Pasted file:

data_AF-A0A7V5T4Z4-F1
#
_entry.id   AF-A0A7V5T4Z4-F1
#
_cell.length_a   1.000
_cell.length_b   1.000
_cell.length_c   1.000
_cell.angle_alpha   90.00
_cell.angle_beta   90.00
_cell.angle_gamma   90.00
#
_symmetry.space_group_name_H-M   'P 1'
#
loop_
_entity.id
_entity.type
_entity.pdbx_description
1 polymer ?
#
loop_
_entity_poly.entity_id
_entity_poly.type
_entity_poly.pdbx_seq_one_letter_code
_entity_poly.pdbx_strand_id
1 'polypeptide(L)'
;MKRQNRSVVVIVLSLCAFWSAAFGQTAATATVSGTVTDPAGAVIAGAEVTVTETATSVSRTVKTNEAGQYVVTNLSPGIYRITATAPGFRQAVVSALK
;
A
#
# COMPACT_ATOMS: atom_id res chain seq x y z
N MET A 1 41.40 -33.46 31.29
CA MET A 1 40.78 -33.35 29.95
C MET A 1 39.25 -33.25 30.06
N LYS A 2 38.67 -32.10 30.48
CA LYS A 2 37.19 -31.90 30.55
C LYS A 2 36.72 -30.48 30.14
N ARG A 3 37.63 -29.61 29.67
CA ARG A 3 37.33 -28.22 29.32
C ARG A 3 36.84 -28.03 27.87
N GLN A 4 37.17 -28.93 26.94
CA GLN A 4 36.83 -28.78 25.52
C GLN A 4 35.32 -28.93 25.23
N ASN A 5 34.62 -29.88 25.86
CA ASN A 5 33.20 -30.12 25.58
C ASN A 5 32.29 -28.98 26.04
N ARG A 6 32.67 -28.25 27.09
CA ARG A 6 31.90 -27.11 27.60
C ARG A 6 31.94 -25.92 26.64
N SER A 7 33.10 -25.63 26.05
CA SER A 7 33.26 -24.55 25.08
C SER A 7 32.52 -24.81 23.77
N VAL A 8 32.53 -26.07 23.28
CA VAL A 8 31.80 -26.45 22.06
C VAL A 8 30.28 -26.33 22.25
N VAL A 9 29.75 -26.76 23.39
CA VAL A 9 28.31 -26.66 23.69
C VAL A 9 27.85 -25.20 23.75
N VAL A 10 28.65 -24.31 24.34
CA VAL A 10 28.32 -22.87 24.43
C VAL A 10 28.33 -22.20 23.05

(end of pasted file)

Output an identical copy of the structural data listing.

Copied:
data_AF-A0A7V5T4Z4-F1
#
_entry.id   AF-A0A7V5T4Z4-F1
#
_cell.length_a   1.000
_cell.length_b   1.000
_cell.length_c   1.000
_cell.angle_alpha   90.00
_cell.angle_beta   90.00
_cell.angle_gamma   90.00
#
_symmetry.space_group_name_H-M   'P 1'
#
loop_
_entity.id
_entity.type
_entity.pdbx_description
1 polymer ?
#
loop_
_entity_poly.entity_id
_entity_poly.type
_entity_poly.pdbx_seq_one_letter_code
_entity_poly.pdbx_strand_id
1 'polypeptide(L)'
;MKRQNRSVVVIVLSLCAFWSAAFGQTAATATVSGTVTDPAGAVIAGAEVTVTETATSVSRTVKTNEAGQYVVTNLSPGIYRITATAPGFRQAVVSALK
;
A
#
# COMPACT_ATOMS: atom_id res chain seq x y z
N MET A 1 41.40 -33.46 31.29
CA MET A 1 40.78 -33.35 29.95
C MET A 1 39.25 -33.25 30.06
N LYS A 2 38.67 -32.10 30.48
CA LYS A 2 37.19 -31.90 30.55
C LYS A 2 36.72 -30.48 30.14
N ARG A 3 37.63 -29.61 29.67
CA ARG A 3 37.33 -28.22 29.32
C ARG A 3 36.84 -28.03 27.87
N GLN A 4 37.17 -28.93 26.94
CA GLN A 4 36.83 -28.78 25.52
C GLN A 4 35.32 -28.93 25.23
N ASN A 5 34.62 -29.88 25.86
CA ASN A 5 33.20 -30.12 25.58
C ASN A 5 32.29 -28.98 26.04
N ARG A 6 32.67 -28.25 27.09
CA ARG A 6 31.90 -27.11 27.60
C ARG A 6 31.94 -25.92 26.64
N SER A 7 33.10 -25.63 26.05
CA SER A 7 33.26 -24.55 25.08
C SER A 7 32.52 -24.81 23.77
N VAL A 8 32.53 -26.07 23.28
CA VAL A 8 31.80 -26.45 22.06
C VAL A 8 30.28 -26.33 22.25
N VAL A 9 29.75 -26.76 23.39
CA VAL A 9 28.31 -26.66 23.69
C VAL A 9 27.85 -25.20 23.75
N VAL A 10 28.65 -24.31 24.34
CA VAL A 10 28.32 -22.87 24.43
C VAL A 10 28.33 -22.20 23.05